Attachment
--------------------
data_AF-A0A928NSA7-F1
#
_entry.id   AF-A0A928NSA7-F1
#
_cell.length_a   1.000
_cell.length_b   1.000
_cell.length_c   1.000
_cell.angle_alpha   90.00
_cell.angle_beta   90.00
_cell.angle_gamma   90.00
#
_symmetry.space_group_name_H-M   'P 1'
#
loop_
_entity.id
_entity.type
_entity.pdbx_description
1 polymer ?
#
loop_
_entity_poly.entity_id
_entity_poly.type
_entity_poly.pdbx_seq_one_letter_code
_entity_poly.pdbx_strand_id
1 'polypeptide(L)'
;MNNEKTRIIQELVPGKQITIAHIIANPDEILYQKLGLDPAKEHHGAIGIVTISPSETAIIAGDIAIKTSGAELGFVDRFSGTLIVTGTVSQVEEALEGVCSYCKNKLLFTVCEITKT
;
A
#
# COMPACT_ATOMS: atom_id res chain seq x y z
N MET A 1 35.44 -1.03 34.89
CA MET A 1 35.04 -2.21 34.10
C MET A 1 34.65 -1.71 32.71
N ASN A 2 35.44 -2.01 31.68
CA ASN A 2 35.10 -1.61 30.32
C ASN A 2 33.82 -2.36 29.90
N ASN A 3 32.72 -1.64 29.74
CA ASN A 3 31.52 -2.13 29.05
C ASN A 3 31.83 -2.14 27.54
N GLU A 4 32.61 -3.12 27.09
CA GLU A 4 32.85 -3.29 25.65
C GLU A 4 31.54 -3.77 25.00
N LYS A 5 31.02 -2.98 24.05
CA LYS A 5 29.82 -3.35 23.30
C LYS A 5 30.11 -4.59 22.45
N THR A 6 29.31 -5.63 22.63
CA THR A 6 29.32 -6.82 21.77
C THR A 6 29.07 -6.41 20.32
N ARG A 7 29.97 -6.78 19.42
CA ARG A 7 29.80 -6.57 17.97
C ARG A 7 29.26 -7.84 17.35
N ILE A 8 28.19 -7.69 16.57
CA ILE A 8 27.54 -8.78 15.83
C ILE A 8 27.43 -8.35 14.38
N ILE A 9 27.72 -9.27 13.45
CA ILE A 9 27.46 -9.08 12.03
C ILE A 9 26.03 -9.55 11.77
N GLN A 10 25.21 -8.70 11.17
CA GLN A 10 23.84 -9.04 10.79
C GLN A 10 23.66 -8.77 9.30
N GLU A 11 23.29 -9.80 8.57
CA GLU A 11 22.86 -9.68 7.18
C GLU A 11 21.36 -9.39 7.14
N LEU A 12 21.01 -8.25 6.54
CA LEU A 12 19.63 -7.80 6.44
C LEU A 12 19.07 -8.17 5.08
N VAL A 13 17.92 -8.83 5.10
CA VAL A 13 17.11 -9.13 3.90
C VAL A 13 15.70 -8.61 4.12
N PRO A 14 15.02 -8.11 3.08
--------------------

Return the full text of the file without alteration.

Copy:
data_AF-A0A928NSA7-F1
#
_entry.id   AF-A0A928NSA7-F1
#
_cell.length_a   1.000
_cell.length_b   1.000
_cell.length_c   1.000
_cell.angle_alpha   90.00
_cell.angle_beta   90.00
_cell.angle_gamma   90.00
#
_symmetry.space_group_name_H-M   'P 1'
#
loop_
_entity.id
_entity.type
_entity.pdbx_description
1 polymer ?
#
loop_
_entity_poly.entity_id
_entity_poly.type
_entity_poly.pdbx_seq_one_letter_code
_entity_poly.pdbx_strand_id
1 'polypeptide(L)'
;MNNEKTRIIQELVPGKQITIAHIIANPDEILYQKLGLDPAKEHHGAIGIVTISPSETAIIAGDIAIKTSGAELGFVDRFSGTLIVTGTVSQVEEALEGVCSYCKNKLLFTVCEITKT
;
A
#
# COMPACT_ATOMS: atom_id res chain seq x y z
N MET A 1 35.44 -1.03 34.89
CA MET A 1 35.04 -2.21 34.10
C MET A 1 34.65 -1.71 32.71
N ASN A 2 35.44 -2.01 31.68
CA ASN A 2 35.10 -1.61 30.32
C ASN A 2 33.82 -2.36 29.90
N ASN A 3 32.72 -1.64 29.74
CA ASN A 3 31.52 -2.13 29.05
C ASN A 3 31.83 -2.14 27.54
N GLU A 4 32.61 -3.12 27.09
CA GLU A 4 32.85 -3.29 25.65
C GLU A 4 31.54 -3.77 25.00
N LYS A 5 31.02 -2.98 24.05
CA LYS A 5 29.82 -3.35 23.30
C LYS A 5 30.11 -4.59 22.45
N THR A 6 29.31 -5.63 22.63
CA THR A 6 29.32 -6.82 21.77
C THR A 6 29.07 -6.41 20.32
N ARG A 7 29.97 -6.78 19.42
CA ARG A 7 29.80 -6.57 17.97
C ARG A 7 29.26 -7.84 17.35
N ILE A 8 28.19 -7.69 16.57
CA ILE A 8 27.54 -8.78 15.83
C ILE A 8 27.43 -8.35 14.38
N ILE A 9 27.72 -9.27 13.45
CA ILE A 9 27.46 -9.08 12.03
C ILE A 9 26.03 -9.55 11.77
N GLN A 10 25.21 -8.70 11.17
CA GLN A 10 23.84 -9.04 10.79
C GLN A 10 23.66 -8.77 9.30
N GLU A 11 23.29 -9.80 8.57
CA GLU A 11 22.86 -9.68 7.18
C GLU A 11 21.36 -9.39 7.14
N LEU A 12 21.01 -8.25 6.54
CA LEU A 12 19.63 -7.80 6.44
C LEU A 12 19.07 -8.17 5.08
N VAL A 13 17.92 -8.83 5.10
CA VAL A 13 17.11 -9.13 3.90
C VAL A 13 15.70 -8.61 4.12
N PRO A 14 15.02 -8.11 3.08